Economic Stimulus Package

SHARE   |   Monday, 30 November 2015   |   By Katso Tshipinara

In Economics there are usually two main ways used to stimulate the economy; namely expansionary monetary policy and expansionary fiscal policy. Against the background of a challenging economic outlook that has negatively affected the price of various commodities including Diamonds, which are still key to Botswana’s GDP, the Country’s economy was deemed to be in need of support.


The recently announced Economic Stimulus Package (ESP) is a plan through which the government is expected to boost economic growth. The stimulus package was proposed as a way to reinvigorate the economy and possibly reverse a recession by boosting employment and spending. The theory behind the usefulness of a stimulus package is rooted in Keynesian economics, which argues that the impact of a recession (or sluggish economy) can be mitigated by increasing government spending.
Expansionary fiscal policy involves increasing government expenditure or cutting taxes in order to influence aggregate demand. Higher government spending represents an injection into the economy and cutting income tax increases disposable income and therefore expected to induce people to spend more. However, it has been discovered that cutting tax is more effective if it is targeted at the low income bracket. This is because low income earners tend to have a higher marginal propensity to consume. In other words, a bigger proportion of their disposable income is spent on consumption.
The problem with the expansionary fiscal policy intervention is that it may increase government debt (if government spends more) or it may just not work (if people choose to save what is accrued from their reduced income tax) or it may cause a crowding out effect. The crowding out can take two forms; resource crowding out (where government borrows from the private sector and increase spending leaving private sector with less capacity) and financial crowding out (where government borrowing put pressure on interest rates in general, to attract savers and hence lowering private sector spending and investment).
Expansionary monetary policy on the other hand involves cutting interest rates to increase consumer spending and investment. It is believed that low interest rates reduce cost of borrowing; reduce mortgage interest payments thereby increasing disposable income; and reducing the incentive to save.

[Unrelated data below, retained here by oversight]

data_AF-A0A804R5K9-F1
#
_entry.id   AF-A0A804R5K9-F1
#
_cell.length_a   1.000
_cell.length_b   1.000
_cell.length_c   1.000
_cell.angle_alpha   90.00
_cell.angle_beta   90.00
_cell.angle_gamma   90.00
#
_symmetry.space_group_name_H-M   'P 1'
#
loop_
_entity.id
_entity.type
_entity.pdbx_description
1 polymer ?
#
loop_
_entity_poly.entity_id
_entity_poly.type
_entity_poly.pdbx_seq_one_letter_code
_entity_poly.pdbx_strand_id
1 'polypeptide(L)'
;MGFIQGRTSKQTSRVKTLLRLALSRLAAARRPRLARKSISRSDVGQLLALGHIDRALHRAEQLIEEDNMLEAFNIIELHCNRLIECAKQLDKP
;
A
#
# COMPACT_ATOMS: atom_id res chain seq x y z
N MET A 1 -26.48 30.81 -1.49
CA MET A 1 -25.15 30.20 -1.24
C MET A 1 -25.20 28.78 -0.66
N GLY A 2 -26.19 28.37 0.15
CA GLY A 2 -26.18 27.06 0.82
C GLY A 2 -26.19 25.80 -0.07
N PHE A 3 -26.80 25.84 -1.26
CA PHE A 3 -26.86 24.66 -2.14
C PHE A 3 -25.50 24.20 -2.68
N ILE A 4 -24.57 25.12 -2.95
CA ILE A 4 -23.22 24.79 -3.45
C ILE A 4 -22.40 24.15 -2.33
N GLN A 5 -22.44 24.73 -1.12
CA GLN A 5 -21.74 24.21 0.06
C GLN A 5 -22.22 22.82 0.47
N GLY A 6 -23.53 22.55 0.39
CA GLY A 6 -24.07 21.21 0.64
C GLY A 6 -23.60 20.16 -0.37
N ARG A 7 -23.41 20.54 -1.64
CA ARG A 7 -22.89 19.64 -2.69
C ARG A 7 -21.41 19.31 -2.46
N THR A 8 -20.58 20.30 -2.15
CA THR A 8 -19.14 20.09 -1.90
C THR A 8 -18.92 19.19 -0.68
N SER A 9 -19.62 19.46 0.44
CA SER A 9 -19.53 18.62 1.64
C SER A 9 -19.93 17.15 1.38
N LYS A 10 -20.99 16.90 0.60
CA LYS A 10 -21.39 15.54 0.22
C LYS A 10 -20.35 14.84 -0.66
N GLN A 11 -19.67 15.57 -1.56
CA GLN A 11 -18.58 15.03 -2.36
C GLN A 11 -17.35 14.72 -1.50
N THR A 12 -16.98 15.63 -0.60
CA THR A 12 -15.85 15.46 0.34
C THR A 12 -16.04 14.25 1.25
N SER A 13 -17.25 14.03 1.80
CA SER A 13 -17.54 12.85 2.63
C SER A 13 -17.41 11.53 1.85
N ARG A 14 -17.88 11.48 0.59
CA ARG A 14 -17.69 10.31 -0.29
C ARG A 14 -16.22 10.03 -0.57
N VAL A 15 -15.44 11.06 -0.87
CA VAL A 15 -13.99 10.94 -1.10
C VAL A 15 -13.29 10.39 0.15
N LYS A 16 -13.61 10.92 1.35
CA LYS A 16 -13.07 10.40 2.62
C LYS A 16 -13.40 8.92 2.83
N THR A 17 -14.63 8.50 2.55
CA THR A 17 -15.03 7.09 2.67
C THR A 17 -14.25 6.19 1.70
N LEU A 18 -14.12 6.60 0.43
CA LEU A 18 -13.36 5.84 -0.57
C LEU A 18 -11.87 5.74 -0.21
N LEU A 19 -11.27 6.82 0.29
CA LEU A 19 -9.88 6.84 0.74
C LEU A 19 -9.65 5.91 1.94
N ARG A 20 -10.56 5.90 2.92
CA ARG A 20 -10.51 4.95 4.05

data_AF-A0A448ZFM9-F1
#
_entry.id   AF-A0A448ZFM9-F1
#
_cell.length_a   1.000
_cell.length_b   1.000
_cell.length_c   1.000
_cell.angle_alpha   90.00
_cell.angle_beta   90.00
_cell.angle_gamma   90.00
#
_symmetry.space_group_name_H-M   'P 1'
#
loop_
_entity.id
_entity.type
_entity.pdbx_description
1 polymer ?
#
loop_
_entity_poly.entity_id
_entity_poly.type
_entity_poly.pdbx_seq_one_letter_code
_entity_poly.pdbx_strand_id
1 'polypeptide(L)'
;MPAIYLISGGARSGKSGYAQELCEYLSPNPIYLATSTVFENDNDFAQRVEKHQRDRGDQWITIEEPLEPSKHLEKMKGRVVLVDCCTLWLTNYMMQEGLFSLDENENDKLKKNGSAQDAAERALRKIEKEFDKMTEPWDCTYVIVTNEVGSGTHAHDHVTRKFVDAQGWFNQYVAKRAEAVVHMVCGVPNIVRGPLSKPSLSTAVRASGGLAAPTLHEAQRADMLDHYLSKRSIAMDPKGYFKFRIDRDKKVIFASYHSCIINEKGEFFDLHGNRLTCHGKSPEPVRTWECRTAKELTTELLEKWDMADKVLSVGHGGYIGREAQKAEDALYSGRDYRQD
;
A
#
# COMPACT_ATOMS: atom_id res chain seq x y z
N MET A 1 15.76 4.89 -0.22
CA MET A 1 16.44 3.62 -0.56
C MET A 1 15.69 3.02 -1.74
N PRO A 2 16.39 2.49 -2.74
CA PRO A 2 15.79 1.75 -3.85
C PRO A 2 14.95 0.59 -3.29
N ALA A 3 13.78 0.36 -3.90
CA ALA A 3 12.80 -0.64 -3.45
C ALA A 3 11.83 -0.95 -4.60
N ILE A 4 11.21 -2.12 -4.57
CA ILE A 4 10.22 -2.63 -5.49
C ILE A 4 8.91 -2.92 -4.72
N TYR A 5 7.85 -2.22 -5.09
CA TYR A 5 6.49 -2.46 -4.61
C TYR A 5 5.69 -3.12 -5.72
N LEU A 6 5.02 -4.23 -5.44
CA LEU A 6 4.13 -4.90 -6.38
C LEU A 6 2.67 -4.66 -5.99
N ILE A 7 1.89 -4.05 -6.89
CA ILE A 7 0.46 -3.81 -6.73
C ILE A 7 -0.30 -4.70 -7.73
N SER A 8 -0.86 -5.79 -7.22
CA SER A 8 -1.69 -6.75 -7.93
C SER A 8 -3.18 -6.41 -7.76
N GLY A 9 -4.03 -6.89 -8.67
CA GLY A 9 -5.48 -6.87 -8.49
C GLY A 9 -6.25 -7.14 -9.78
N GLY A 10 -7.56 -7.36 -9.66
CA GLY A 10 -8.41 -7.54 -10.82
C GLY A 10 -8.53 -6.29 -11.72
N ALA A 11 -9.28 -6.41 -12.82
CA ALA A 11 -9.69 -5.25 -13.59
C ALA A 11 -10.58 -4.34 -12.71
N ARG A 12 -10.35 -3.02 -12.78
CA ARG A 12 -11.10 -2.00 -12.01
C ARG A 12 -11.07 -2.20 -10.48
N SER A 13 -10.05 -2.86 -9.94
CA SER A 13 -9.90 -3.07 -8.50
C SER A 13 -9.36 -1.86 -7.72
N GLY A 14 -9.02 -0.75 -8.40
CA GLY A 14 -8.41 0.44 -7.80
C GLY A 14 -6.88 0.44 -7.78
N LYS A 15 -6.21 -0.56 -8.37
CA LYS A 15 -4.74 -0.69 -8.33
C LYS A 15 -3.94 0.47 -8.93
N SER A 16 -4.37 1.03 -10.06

The fiscal stimuli, which are often used to reboot most economies, can actually increase output in the short run when the economy is operating below its potential. To have the greatest impact with the least long-run costs, the stimulus should be timely, temporary and targeted. It should be timely so that its effects are felt while the economic activity is still below potential because when the economy has recovered, stimulus becomes counterproductive. It should be temporary to avoid raising inflation and to minimise the adverse long-term effects of a larger budget deficit. And it should be well targeted to direct resources to where they are needed.
From this background and the fact that the monetary policy in Botswana is considered to be supportive, thinking of stimulating the economy from the fiscal side is not remote. Again if the envisaged stimulus plan can be timely, temporary and targeted, then the idea of using some of the foreign reserves can be considered. However, making fiscal stimulus timely is challenging especially because in involves not only increasing spending but also implementing them. On the other hand, increases in government spending that are not matched by positive output might results in lower investment or more borrowing.
Though the full details on the stimulus package are yet to follow, few sectors are mentioned as the target. In the tourism sector, the redevelopment of the Kasane-Kazungula project through the ESP is expected to upgrade Kasane as tourist centre and Kazungula as a centre for transport and logistics. Furthermore, other tourist projects and infrastructure are mentioned including the commercialisation of community based organisations through the Community Based Natural Resource Management (CBNRM) policy.

The continuous support programs to the agricultural sector sustains subsistence farmers who, though may not be adding to the national output, sustain rural economies and reduce reliance on government subventions. The horticultural components of the ESP include such projects as water recycling in Serowe, the national agro-processing plant in Selibe-Phikwe, rehabilitation of Glen Valley infrastructure and electrification of Shashe Farms.
The ESP is expected to enhance delivery of quality public infrastructure through the implementation of recent legislation governing the construction industry, which has set professional standards for improved performance and self-regulation to protect public interest. In Information and Communication Technology (ICT), as part of ESP initiatives, reservations are made for citizen owned and operated ICT companies that provide government computer maintenance and procurement. Through ESP, extensive programme of construction and maintenance works in schools country wide have been initiated. However, what matters most at the end is that all these initiatives must be implemented on time and for the purpose to which they are intended. The whole idea is to boost spending; increase demand; increase the employment rate; increase income; leading back to increased spending.

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